Threats and opportunities
- Brands and retailers have benefited from increased ecommerce activity and rising consumer spending
- Games and puzzle sales are growing at a faster rate than outdoor and sports toys
- Ecommerce sales will account for a larger share of the industry as shipping and collection become more efficient and flexible
Over the past five years, online sales have surged upward. The industry includes online-only retailers as well as the online sales of companies with both an ecommerce site and traditional bricks-and-mortar locations. As online shopping has become more secure and easily accessible to shoppers, ecommerce sales have increased. In the US, although general retailers like Walmart, Target, and Costco account for the majority of toy sales on a bricks-and-mortar level, these retailers account for only a small portion of industry-specific online sales.
US toy sales grew by 5 percent in 2016, reaching $20.4 billion, according to retail sales data from The NPD Group. The industry was 16 percent larger in 2016 than 2013, which equates to a compounded annual growth rate of 5 percent.
Collectables was a top contributor to the industry’s 2016 growth, with sales growing 33 percent, or $432 million, to reach $1.8 billion and representing 9 percent of total toy industry dollars.
Juli Lennett, Senior VP and US toys industry analyst at The NPD Group, said: “The online channel continues to grow at the expense of brick-and-mortar, and the toy industry needs to address how to make up for the volumes tied to in-store impulse purchases – an important sales generator. Retailers and manufacturers who get creative in their strategies will win in 2017.”
The UK toy market saw a 6.3 percent uplift in sales in 2016. This increases the market value to more than £3.5 billion for the first time, according to The NPD Group who released figures in partnership with the British Toy and Hobby Association at this year’s Toy Fair.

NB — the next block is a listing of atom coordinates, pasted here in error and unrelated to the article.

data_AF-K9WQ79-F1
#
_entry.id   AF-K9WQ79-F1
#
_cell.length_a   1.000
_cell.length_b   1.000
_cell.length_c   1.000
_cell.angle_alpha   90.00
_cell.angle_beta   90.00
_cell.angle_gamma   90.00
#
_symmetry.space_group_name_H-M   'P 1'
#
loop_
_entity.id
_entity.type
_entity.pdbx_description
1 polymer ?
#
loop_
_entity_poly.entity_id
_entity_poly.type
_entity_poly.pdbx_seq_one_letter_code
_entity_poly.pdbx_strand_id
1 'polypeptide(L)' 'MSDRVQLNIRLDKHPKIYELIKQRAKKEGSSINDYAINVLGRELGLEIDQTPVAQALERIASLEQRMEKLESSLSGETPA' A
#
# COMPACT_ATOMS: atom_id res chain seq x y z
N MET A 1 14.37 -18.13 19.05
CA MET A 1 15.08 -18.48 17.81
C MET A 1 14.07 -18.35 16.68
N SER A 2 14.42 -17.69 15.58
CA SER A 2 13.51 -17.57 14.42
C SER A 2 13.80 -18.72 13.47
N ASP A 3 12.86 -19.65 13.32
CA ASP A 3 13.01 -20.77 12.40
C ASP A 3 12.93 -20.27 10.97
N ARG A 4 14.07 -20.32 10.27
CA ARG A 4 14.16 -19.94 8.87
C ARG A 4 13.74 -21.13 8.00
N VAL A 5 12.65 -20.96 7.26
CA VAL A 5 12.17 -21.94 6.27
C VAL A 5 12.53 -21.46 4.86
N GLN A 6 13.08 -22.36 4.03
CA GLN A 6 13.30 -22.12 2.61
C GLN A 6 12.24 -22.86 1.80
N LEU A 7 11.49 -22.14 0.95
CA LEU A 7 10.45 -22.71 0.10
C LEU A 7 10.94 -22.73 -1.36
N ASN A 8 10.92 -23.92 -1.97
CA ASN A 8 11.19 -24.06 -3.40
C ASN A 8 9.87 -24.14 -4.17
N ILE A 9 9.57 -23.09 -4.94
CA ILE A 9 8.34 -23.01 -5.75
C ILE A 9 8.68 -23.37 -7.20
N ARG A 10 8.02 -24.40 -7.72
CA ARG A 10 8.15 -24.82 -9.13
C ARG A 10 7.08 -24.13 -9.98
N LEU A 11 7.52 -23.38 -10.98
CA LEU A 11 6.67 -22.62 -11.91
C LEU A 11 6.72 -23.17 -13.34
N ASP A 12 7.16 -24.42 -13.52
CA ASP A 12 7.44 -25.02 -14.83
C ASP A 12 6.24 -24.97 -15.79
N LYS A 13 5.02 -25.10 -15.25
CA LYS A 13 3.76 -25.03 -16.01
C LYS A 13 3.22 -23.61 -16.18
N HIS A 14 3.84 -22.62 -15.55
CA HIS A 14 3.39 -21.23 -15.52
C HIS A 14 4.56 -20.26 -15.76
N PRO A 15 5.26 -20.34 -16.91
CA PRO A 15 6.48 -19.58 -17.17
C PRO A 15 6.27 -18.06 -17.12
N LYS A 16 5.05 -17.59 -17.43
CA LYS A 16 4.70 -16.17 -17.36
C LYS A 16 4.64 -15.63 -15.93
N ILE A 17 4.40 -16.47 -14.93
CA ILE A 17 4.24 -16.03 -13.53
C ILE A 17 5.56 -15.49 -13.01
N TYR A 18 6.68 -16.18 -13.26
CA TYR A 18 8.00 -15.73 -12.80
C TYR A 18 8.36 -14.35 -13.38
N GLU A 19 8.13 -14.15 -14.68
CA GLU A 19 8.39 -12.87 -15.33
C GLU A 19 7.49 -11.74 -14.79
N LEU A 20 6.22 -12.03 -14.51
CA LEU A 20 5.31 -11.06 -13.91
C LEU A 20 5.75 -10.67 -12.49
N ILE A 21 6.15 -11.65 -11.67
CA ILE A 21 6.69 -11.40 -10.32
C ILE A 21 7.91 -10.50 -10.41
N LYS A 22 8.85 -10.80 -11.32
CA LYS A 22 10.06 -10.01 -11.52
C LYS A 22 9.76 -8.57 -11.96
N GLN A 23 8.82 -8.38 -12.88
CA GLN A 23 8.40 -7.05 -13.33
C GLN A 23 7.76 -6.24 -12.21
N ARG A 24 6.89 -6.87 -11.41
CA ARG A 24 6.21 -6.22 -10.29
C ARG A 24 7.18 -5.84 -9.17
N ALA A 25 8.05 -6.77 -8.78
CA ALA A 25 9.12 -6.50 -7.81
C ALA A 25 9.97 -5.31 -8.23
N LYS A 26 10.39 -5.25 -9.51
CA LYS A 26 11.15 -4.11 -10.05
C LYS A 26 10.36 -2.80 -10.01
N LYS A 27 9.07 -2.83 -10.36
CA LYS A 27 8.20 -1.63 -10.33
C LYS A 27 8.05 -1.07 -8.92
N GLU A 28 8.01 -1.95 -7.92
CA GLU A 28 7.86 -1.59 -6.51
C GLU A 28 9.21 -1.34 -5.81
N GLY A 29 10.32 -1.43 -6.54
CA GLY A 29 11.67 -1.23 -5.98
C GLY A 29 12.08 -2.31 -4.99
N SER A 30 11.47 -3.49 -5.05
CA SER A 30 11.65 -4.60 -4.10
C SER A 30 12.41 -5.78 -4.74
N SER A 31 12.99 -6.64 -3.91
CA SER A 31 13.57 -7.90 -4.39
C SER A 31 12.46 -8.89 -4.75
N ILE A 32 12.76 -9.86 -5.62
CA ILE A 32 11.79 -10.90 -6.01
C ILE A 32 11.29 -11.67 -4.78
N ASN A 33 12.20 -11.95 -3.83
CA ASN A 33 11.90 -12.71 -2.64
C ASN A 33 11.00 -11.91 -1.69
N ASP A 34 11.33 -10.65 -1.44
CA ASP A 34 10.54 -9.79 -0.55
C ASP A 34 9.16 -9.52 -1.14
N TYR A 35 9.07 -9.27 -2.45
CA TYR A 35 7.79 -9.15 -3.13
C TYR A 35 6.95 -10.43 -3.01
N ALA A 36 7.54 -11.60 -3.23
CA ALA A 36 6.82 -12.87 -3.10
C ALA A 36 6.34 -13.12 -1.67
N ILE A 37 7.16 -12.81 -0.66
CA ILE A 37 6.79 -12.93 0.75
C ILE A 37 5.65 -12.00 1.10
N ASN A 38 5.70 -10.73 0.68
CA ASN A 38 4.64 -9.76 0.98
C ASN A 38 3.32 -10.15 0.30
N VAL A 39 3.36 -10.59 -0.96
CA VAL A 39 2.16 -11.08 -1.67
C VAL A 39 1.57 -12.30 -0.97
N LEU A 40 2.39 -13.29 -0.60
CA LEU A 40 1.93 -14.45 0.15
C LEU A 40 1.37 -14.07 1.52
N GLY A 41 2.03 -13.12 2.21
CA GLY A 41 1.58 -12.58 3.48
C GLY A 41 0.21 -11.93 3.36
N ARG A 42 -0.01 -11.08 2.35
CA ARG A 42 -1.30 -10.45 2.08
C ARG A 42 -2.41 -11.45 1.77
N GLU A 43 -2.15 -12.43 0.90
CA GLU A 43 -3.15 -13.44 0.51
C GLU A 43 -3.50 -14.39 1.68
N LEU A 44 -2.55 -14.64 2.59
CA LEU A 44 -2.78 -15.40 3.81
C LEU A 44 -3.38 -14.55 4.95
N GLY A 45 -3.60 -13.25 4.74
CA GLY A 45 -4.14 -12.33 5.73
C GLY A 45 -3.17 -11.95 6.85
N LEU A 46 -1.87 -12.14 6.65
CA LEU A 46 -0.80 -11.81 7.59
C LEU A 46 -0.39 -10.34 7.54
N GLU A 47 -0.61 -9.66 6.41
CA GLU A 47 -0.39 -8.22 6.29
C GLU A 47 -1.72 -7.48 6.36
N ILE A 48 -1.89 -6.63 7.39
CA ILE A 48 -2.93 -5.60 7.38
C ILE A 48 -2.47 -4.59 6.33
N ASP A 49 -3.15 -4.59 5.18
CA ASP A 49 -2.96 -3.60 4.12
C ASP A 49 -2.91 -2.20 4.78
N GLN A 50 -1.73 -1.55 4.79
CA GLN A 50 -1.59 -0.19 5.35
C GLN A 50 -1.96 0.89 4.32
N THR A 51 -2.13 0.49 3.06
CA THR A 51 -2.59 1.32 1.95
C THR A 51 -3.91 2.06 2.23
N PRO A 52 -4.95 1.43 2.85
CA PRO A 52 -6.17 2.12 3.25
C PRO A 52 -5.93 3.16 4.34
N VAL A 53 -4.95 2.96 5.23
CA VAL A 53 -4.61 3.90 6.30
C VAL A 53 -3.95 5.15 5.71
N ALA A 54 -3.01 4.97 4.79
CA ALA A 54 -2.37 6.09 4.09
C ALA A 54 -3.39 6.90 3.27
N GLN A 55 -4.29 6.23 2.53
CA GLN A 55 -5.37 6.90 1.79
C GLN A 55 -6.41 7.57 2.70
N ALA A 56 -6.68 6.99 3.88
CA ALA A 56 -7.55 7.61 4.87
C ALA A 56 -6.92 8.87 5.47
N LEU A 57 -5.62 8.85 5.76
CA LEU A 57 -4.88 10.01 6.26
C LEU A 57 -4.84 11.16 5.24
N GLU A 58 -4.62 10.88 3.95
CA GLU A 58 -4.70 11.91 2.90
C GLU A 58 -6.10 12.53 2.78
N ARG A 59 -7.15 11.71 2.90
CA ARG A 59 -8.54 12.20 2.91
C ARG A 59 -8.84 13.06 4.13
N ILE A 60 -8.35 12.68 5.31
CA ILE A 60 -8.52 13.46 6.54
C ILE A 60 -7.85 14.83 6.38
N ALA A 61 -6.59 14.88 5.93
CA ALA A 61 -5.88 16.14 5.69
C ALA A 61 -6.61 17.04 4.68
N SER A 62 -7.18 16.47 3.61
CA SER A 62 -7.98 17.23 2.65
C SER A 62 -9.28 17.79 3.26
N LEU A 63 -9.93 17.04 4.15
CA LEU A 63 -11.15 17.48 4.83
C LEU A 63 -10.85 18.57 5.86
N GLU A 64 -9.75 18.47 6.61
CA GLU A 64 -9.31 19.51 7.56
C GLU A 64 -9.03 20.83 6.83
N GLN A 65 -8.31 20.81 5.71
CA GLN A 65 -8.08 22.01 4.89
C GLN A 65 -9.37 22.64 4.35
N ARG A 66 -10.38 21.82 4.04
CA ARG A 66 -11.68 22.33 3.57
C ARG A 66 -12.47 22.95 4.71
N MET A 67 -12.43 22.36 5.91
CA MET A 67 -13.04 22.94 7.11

The growth equates to a gain of more than £200 million year-on-year with 415 million units sold in 2016, an increase of 7.5 percent, driven in part by collectables. The UK is now the largest market in Europe and fourth largest in the world.
The path to purchase for ecommerce shoppers is highly fragmented. Whether a shopper begins their journey on a computer, smartphone or tablet, there are numerous potential disruptions that can prevent your product being placed in their shopping cart.
Products not returning in search results, poor product reviews and ratings, unclear product descriptions and out-of-date images all lead to a loss of consideration and an eventual sale.
Changing shoppers’ online experiences can transform sales and share. Suppliers can increase online share by enhancing simple sales drivers.
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